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On Sat, Apr 11, 2015 at 8:35 PM, Thomas Caswell <tcaswell@…287…> wrote:

Ryan,

I have not looked at your exact issue yet, but there seems to be some underlying issues with animation and nbagg which we have not tracked down yet. See:

https://github.com/matplotlib/matplotlib/pull/4290

https://github.com/matplotlib/matplotlib/issues/4287

https://github.com/matplotlib/matplotlib/issues/4288

Running until a given condition is an interesting idea, but I think that means the animation objects needs to have a public ‘stop’ method first!

Tom

On Fri, Apr 10, 2015 at 3:00 PM Ryan Nelson <rnelsonchem@…287…> wrote:

Good afternoon, all!

I’m really digging the nbagg backend, and I’m trying to use it to make an animation. As the subject suggests, though, I’m having some issues with these features. I’m using Python 3.4, Matplotlib 1.4.3, and IPython 3.1. Below is a small code sample that emulates my system. The pcolor call can be substituted for pcolormesh, and I see the same behavior. (Sorry this is a bit long. I tried to break it up as best as possible.)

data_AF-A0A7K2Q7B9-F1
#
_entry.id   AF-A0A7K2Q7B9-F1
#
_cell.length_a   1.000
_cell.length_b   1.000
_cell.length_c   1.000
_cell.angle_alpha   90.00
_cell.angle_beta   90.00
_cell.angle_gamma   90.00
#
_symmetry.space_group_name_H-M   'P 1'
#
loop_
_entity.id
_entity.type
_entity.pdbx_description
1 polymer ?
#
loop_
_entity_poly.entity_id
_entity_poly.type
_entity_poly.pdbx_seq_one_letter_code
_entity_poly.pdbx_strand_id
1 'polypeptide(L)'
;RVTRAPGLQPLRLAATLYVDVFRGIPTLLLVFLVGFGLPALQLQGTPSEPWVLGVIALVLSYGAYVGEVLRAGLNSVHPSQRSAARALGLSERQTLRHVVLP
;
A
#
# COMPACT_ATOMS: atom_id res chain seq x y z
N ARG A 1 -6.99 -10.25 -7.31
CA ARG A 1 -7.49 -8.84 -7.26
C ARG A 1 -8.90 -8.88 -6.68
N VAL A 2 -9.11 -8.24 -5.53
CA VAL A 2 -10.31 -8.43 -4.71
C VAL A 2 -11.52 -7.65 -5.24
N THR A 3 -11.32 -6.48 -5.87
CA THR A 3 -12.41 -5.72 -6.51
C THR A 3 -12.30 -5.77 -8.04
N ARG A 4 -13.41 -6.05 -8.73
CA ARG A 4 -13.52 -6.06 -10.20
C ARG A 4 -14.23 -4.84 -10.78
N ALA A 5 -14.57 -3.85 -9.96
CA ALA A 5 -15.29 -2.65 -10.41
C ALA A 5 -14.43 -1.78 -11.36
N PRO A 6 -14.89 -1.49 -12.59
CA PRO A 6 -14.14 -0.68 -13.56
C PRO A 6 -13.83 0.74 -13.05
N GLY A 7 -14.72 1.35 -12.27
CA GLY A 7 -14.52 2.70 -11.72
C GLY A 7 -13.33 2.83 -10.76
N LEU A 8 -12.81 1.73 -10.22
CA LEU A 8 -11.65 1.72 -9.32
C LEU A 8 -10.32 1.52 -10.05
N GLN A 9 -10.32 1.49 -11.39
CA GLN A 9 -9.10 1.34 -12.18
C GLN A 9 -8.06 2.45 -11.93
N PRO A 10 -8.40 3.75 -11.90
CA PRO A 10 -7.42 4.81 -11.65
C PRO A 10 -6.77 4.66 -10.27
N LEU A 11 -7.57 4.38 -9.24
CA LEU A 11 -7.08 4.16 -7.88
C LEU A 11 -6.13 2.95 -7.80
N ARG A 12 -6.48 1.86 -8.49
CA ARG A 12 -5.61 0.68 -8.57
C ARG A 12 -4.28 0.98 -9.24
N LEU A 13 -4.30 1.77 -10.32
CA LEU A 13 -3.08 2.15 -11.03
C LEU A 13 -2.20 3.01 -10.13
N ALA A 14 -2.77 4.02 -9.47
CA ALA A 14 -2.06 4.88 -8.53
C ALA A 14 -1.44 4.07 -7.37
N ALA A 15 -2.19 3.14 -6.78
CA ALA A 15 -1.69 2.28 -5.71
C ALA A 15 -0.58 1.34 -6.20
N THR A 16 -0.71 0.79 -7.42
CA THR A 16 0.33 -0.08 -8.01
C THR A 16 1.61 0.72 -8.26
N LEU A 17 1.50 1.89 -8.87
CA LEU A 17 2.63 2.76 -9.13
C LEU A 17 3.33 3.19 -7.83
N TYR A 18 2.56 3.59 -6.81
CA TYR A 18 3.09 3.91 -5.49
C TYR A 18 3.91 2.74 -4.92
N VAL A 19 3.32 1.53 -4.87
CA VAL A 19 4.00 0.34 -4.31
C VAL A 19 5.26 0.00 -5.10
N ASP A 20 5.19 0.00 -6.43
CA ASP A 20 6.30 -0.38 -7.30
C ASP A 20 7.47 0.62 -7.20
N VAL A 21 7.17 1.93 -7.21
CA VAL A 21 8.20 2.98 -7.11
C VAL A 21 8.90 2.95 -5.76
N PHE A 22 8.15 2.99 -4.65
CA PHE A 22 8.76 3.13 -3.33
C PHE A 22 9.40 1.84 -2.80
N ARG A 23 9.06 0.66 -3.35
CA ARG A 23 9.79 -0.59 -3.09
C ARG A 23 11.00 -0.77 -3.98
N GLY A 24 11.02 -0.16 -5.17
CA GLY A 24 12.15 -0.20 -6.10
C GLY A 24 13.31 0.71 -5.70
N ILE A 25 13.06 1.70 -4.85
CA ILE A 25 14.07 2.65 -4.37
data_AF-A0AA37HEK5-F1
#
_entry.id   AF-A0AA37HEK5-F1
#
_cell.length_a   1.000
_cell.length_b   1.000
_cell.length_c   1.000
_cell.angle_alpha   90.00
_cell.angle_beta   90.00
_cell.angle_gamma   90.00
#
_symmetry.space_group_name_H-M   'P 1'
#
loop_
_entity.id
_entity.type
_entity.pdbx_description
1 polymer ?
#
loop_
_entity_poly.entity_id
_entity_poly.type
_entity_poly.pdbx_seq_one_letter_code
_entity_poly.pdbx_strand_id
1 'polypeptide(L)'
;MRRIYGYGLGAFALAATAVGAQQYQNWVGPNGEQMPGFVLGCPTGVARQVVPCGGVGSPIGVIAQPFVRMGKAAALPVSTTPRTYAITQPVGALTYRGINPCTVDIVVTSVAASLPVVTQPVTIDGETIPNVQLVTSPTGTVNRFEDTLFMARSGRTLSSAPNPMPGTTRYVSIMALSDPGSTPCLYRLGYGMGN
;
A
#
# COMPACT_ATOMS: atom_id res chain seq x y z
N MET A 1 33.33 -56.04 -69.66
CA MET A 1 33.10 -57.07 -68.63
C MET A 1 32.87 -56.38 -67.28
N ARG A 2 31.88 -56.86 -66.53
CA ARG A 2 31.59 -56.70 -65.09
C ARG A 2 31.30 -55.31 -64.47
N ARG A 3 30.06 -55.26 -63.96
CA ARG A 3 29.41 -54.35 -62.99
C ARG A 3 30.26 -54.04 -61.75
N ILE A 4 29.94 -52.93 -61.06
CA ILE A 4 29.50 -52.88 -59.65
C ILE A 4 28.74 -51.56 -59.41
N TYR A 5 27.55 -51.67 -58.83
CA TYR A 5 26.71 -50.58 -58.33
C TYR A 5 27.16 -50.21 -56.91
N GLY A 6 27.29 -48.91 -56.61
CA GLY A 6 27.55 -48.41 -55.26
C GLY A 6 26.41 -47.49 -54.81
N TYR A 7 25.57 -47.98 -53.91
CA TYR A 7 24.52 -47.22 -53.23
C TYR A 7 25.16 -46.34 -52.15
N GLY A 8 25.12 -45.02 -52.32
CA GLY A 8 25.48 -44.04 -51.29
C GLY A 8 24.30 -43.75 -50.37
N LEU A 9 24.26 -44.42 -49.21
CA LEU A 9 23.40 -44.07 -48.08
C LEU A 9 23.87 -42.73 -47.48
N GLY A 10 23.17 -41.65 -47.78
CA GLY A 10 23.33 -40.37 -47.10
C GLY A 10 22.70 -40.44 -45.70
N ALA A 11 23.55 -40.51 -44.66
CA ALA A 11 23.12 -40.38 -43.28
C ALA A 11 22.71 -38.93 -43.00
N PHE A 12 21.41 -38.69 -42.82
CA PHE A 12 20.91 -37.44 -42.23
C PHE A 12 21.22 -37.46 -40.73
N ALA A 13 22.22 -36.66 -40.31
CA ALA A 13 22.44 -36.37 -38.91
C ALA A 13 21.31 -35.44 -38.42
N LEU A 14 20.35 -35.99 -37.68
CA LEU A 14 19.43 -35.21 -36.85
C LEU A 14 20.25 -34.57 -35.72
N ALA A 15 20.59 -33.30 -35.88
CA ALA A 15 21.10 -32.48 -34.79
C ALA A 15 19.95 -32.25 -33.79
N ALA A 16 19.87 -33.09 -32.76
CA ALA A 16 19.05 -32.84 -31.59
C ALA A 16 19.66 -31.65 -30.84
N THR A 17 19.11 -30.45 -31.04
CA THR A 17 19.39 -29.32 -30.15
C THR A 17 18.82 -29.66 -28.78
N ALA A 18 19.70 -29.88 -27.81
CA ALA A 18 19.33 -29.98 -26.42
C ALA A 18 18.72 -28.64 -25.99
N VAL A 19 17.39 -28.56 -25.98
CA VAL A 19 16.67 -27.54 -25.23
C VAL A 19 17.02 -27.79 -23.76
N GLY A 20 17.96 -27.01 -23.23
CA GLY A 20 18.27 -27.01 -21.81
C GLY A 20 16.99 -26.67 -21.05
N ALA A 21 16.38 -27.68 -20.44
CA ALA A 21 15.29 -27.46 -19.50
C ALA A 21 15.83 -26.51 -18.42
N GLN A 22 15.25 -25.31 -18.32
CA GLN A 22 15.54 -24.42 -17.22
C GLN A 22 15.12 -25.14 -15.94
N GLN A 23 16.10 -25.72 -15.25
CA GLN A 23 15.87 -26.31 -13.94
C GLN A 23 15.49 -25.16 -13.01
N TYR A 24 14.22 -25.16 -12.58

#############

#import matplotlib

#matplotlib.use(‘nbagg’)

#%matplotlib nbagg

import numpy as np

import matplotlib.pyplot as plt

import matplotlib.animation as animate

class Testing(object):

def init(self, ):

self.fig = plt.figure()

array = np.random.rand(4,5)

#array = np.zeros((4,5))

self.pc = plt.pcolor(array, edgecolor=‘k’, linewidth=1.)

self.points = [plt.scatter(np.random.rand(), np.random.rand())]

def update(self, iter_num):

array = np.random.rand(4*5)

self.pc.set_array(array)

for point in self.points:

point.remove()

self.points = [plt.scatter(np.random.rand(), np.random.rand())]

test = Testing()

animate.FuncAnimation(test.fig, test.update, interval=1000, blit=False)

plt.show()

###############

  1. As is, this code runs fine with a Qt backend. It also runs fine as a first call in a notebook if the show call is commented out and the %matplotlib line is uncommented. However, if the show call is left in and the matplotlib.use call is uncommented, then the pcolor array changes, but the scatterpoint only shows on the first update and then disappears forever. What is the difference between these two invocations?
  1. With the %matplotlib magic uncommented and show removed, the first invocation of this as a cell works fine. Closing the figure (with the red X) and running the cell again shows two scatter plot points. Running it a third time shows three scatter plot points. If you call plt.clf in the next cell, I get a series of errors as follows: